The university has hired a search firm to help find a replacement head basketball coach after Neil Dougherty wasn’t retained for his seventh season, the athletics director said.
Athletics director Danny Morrison said TCU hired Dallas-based Eastman & Beaudine Inc. for support with the search for a new head coach. The university also used the firm in 1997 to search for a replacement for then-retiring athletics director Frank Windegger, which ended with the hiring of Eric Hyman.
Hyman served TCU for more than seven years and was named the 2003-04 Street and Smith’s Sports Business Journal National Athletics Director of the Year before leaving to occupy the same post at University of South Carolina in 2005.
Dougherty, who came to TCU as a highly regarded assistant after seven years at the University of Kansas, was informed Sunday afternoon that he would not return to the team next year, Morrison said. Morrison did not give an exact date when the decision was made.
“We evaluate every coach at the end of every season,” Morrison said.
The TCU Athletics Media Relations Department has denied the Daily Skiff interviews with any TCU coach or player except regarding upcoming opponents.
“We appreciate Neil’s contributions to TCU over the last six years,” Morrison said in a statement released Sunday. “He cares deeply about the student-athletes and always had their best interests at heart. He put a lot of time and effort into the job, and we wish him the best in the future.”
Dougherty declined to comment at his home Monday, but his colleagues spoke volumes about the coach’s performance on and off the court.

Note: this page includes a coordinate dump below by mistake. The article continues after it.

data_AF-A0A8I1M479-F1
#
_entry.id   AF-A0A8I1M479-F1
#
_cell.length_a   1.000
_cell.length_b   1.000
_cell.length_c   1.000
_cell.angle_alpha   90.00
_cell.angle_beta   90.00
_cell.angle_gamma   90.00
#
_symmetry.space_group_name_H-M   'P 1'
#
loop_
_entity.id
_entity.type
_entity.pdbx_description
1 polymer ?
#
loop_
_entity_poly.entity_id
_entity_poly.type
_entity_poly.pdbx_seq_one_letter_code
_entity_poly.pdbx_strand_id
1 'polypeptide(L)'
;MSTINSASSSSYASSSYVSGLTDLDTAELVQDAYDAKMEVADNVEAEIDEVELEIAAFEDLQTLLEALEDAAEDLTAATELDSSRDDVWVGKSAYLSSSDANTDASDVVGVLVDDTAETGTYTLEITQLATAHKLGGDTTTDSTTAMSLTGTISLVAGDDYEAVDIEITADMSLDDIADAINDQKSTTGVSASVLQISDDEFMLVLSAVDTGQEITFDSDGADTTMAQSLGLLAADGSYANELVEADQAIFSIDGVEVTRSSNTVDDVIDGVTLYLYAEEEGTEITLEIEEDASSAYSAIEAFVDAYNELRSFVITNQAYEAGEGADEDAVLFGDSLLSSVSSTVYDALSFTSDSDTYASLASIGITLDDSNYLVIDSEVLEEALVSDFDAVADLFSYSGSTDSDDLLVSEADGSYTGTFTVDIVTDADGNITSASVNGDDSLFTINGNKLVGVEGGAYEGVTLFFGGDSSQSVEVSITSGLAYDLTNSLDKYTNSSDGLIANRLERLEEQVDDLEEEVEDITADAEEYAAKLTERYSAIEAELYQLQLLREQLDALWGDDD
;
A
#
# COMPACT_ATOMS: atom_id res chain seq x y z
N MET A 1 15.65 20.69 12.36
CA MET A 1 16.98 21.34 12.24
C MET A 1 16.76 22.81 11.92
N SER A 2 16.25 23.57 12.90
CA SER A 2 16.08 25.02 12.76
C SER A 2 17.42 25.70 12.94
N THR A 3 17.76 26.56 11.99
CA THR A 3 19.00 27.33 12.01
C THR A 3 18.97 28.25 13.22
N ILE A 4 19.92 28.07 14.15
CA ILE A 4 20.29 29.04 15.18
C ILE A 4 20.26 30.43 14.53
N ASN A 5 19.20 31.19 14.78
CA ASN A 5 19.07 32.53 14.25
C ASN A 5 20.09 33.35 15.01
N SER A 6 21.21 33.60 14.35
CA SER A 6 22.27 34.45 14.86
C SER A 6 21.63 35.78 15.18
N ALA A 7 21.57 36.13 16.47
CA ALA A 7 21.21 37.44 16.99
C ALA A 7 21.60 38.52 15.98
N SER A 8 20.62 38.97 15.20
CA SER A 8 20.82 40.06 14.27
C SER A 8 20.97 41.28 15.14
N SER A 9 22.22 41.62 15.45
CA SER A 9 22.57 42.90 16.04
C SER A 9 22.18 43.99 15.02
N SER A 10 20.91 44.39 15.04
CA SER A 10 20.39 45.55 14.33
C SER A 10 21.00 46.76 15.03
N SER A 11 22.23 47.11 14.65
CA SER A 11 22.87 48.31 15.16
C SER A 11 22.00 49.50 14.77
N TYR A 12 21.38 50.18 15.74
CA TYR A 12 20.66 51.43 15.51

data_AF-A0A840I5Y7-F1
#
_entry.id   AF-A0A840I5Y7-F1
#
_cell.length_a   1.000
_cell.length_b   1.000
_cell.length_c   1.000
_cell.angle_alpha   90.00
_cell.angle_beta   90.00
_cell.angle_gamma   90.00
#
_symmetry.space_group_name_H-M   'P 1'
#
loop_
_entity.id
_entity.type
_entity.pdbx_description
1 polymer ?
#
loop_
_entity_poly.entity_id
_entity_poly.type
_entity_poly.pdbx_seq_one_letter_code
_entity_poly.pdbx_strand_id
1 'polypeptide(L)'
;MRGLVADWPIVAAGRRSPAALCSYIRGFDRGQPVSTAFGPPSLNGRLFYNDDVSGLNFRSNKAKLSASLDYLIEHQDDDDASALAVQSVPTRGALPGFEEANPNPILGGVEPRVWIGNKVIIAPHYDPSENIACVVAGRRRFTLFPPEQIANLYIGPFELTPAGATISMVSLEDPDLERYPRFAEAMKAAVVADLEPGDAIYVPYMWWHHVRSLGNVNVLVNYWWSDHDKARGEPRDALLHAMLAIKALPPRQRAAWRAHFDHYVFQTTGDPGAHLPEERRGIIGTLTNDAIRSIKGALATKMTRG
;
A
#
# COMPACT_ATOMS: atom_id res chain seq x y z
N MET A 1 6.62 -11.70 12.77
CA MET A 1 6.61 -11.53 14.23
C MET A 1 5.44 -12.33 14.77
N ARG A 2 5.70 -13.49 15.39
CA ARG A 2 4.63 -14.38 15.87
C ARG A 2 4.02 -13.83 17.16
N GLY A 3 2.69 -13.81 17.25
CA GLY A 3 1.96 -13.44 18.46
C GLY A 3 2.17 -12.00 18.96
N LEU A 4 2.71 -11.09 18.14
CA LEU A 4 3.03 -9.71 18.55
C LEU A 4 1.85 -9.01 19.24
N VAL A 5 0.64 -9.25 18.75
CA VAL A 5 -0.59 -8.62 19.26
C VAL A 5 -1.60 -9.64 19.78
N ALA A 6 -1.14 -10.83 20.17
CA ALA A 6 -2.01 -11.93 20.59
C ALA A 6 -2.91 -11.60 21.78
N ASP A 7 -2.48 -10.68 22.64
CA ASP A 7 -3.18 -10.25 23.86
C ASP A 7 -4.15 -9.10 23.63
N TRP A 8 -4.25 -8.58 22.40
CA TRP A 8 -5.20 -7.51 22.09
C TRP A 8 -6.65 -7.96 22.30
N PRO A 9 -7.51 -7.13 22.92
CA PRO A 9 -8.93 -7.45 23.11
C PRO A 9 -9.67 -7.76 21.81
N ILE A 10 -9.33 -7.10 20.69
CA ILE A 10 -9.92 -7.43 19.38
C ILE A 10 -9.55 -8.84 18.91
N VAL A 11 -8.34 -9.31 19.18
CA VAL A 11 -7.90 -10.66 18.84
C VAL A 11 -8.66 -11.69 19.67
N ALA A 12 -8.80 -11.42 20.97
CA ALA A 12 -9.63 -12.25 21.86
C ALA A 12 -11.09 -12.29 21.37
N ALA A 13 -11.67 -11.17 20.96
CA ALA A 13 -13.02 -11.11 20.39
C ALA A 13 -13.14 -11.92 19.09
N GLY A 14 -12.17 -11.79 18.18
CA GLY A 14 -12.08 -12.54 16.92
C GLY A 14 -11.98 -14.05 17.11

Roy Williams, current University of North Carolina at Chapel Hill head coach whom Dougherty served under at Kansas, said he trusts Dougherty immensely.
“He’s really one of the great young coaches in college basketball,” Williams said. “He’s a great young man, a great coach and the kind of guy I would want my son to play for. That’s as great a compliment as I can give anybody.”
Eddie Fogler, former head coach at Vanderbilt University and South Carolina whom Dougherty served under from 1989 to 1995, said Dougherty’s ability to relate to parents and student-athletes makes him a great recruiter.
“Parents have a great comfort level with Neil – his whole family background is terrific,” Fogler said.
Brigham Young University head coach Dave Rose said Dougherty faced a tough challenge in changing conferences and playing the farthest distance of any other Mountain West Conference school. Although Rose is 5-0 against TCU since it joined the conference in 2005, he said TCU was a consistent and well-coached basketball team under Dougherty.
“(Dougherty) is such a personable guy,” Rose said. “When you sit down and talk with Neil, after five or 10 minutes you feel like you’ve known him all your life.”
After six seasons at TCU since joining the team in 2002, Dougherty’s career record of 75-108, which includes three last-place conference finishes, ranked 309 out of 320 among Division I coaches in winning percentage for coaches with at least five years experience, according to NCAA records.
TCU finished this season 14-16 overall and 6-10 in conference play with a 198 RPI, which is a computerized index for ranking teams, earning a seventh-place finish in the conference, the team’s best since it joined the MWC in 2005. The team’s season ended with an 89-88 loss to eventual conference champion, the University of Nevada, Las Vegas, in the conference tournament quarterfinals.
The Horned Frogs posted a 21-14 record in Dougherty’s third season when the team was a member of Conference USA, the team’s most wins since the 1998-99 season, which included a berth in the National Invitation Tournament quarterfinals. TCU posted season records of 6-25 in 2005-2006 with a 287 RPI and 13-17 in 2006-2007 with a 182 RPI, respectively, both last-place conference finishes.
According to TCU’s latest tax filing, Dougherty was the second-highest paid employee in the 2005 reporting period other than officers, directors and trustees at the university, earning $492,452 in compensation and $95,665 in employee benefits behind head football coach Gary Patterson, who earned $1.1 million in compensation and another $101,081 in employee benefits.